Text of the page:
1807 WILLIAM WILBERFORCE. Autograph Letter from Bishop Mant Congratulating on Anti-Slavery Bill!
1807 WILLIAM WILBERFORCE. Autograph Letter from Bishop Mant Congratulating on Anti-Slavery Bill!

1807 WILLIAM WILBERFORCE. Autograph Letter from Bishop Mant Congratulating on Anti-Slavery Bill!

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A wonderful piece of historical correspondence between Bishop Richard Mant [1776-1848; later Bishop of Ireland] and William Wilberforce. It was in this very year that the important Slave Trade Act of 1807 was passed under the leadership of William Wilberforce. 

This letter congratulates the Act passed dramatized in the film, Amazing Grace. 

"September 29, 1807

Dear Sir,

I take shame to myself for having so long delayed to avail myself of the opportunity afforded me by your late very friendly and acceptable letter of congratulating you on being made the instrument of Providence to open a prospect of happiness to multitudes of our fellow creatures, and to relieve this country from an intolerable weight of wickedness, which lay heavy not only on numberless individuals, but on the nation at large: if that be a just sentiment, which Thucydides has ascribed to the Corinthians at the breaking out of the Peloponnesian War, [Greek Text Follows]. That in an enlightened, if not a religious age and country, it should be again in contemplation to legalize impurity, injustice, and inhumanity, at least with any hope of ultimate success, is what I was not prepared to expect: that the design, if it exist, will be frustrated, I trust in Providence: in the mean time every friend of that measure, the accomplishment of which must under Providence be attributed to you, Sir, ought surely to cooperate with you in its further support. It is therefore that I am more concerned at not having immediately noticed that part of your letter which relates to Mr. Bowyer, from whom I have not heard; but with whose design I should on many accounts be happy to promote by every means in my power & I am sure that if the insertion into his collection of my poem be esteemed at all worthwhile, I shall be very much gratified by his inserting it. I have just written to him on the subject; but not being assured of his address, I take the liberty of inclosing his letter, with a request that you will do me the favour to forward it.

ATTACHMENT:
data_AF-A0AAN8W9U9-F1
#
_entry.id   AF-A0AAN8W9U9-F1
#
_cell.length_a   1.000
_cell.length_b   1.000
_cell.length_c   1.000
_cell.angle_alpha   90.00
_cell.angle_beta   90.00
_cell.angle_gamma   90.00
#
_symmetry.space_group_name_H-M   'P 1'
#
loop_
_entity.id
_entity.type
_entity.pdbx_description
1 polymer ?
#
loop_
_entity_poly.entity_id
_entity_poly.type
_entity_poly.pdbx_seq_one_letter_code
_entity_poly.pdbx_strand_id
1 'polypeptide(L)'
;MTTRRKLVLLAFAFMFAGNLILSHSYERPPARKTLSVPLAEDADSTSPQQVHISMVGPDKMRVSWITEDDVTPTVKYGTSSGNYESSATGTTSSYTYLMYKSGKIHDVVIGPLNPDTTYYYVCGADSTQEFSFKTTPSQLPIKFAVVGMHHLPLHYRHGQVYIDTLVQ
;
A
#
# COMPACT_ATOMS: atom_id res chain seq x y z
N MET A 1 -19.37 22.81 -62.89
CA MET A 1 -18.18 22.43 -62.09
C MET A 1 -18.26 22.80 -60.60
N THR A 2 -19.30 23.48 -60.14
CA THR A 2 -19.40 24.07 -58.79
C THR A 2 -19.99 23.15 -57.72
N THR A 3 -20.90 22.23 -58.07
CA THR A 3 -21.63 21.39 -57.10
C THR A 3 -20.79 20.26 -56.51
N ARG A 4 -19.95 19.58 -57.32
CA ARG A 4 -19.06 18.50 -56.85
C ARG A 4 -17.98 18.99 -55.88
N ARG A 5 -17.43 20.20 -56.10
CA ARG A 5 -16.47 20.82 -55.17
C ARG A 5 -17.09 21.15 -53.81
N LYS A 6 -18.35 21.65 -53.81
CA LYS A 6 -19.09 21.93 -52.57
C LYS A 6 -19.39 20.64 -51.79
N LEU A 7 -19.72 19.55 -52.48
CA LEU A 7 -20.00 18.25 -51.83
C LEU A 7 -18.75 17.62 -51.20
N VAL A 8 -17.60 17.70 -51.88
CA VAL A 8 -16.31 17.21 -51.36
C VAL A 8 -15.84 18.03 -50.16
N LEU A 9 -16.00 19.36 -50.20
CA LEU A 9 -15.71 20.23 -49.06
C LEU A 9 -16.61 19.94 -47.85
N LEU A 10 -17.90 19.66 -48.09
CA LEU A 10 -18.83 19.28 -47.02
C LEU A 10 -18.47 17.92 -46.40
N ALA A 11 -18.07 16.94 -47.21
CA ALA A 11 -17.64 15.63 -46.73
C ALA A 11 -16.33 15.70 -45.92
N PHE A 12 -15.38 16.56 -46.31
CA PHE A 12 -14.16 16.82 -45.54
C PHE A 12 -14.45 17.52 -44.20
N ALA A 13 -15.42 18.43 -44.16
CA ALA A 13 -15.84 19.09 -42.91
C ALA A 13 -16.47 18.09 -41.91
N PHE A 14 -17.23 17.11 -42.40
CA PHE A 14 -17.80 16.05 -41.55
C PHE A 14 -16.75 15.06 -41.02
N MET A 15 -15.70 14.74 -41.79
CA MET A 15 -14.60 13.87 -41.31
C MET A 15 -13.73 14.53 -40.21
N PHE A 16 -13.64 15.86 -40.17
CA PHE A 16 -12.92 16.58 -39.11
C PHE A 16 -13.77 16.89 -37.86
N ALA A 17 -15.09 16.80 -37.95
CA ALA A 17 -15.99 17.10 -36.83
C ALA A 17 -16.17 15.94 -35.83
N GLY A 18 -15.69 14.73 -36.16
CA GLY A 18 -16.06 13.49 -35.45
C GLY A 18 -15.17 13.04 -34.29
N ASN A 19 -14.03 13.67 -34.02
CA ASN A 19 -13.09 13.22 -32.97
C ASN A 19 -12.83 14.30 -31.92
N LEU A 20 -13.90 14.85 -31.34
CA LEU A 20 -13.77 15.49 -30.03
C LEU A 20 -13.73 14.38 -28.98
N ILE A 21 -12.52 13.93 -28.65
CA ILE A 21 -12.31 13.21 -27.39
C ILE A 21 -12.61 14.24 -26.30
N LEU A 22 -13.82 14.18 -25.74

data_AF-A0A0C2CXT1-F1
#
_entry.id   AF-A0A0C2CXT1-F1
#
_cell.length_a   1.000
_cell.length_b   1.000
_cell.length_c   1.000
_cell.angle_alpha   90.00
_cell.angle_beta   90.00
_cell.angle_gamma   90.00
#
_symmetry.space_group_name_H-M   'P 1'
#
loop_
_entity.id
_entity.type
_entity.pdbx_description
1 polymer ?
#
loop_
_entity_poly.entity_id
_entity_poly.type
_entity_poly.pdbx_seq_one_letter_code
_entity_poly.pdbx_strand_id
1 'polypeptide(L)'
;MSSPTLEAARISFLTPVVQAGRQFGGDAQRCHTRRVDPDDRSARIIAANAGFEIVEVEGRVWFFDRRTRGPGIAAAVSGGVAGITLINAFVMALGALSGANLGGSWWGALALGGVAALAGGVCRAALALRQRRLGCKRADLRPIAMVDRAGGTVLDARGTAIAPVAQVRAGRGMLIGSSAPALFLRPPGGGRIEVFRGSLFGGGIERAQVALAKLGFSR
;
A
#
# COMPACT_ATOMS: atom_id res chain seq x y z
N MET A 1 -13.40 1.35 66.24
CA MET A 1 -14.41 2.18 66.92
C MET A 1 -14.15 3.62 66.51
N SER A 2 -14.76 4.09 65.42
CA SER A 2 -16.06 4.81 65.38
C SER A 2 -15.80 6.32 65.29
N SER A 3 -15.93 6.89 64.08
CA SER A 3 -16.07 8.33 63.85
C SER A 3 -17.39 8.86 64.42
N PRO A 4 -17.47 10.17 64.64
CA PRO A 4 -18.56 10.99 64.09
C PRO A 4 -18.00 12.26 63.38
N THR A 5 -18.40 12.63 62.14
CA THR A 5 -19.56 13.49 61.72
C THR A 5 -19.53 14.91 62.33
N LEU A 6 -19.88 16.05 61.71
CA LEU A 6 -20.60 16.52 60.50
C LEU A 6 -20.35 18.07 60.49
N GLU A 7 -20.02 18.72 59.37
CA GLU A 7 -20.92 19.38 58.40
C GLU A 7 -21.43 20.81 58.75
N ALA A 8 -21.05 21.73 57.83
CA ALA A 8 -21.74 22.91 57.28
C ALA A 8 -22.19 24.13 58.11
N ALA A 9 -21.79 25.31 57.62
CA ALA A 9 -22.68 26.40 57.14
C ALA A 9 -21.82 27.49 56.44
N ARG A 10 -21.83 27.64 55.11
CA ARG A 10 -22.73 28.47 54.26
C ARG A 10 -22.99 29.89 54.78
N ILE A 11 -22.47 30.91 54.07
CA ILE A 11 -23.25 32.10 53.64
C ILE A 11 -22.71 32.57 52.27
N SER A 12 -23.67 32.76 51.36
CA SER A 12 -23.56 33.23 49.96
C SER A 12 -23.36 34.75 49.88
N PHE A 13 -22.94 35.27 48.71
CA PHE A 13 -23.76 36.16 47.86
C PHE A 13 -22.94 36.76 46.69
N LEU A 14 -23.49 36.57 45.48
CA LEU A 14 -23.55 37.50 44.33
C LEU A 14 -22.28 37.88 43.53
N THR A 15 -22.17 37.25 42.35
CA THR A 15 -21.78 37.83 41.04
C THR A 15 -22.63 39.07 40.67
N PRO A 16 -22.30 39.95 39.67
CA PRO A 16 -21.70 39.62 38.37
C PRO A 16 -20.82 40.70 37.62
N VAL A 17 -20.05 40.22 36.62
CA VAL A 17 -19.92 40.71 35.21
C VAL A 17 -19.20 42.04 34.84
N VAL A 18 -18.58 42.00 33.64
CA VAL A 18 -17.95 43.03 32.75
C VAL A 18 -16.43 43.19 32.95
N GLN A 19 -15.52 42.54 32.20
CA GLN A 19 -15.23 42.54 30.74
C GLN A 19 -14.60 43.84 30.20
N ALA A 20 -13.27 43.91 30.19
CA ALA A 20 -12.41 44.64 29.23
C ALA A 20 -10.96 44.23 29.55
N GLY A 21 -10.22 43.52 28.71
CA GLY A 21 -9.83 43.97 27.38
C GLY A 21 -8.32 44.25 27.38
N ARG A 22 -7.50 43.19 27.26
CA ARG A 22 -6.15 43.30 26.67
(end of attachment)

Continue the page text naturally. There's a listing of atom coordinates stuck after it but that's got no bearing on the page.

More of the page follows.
It is not often that my engagements with my pupils and my parish enable me to leave home; & it is more rare that I visit London. If that shall be my lot, as it probably may be, about Christmas, to visit a sister who has been for some time in a very precarious state, I shall hope to profit by your kindness and pay my respects to you in person. In the mean time, I remain, Dear Sir, with sentiments of unfeigned respect and veneration,

Your obliged & faithful,
Rd Mant."

Docketed on the rear in Wilberforce's hand.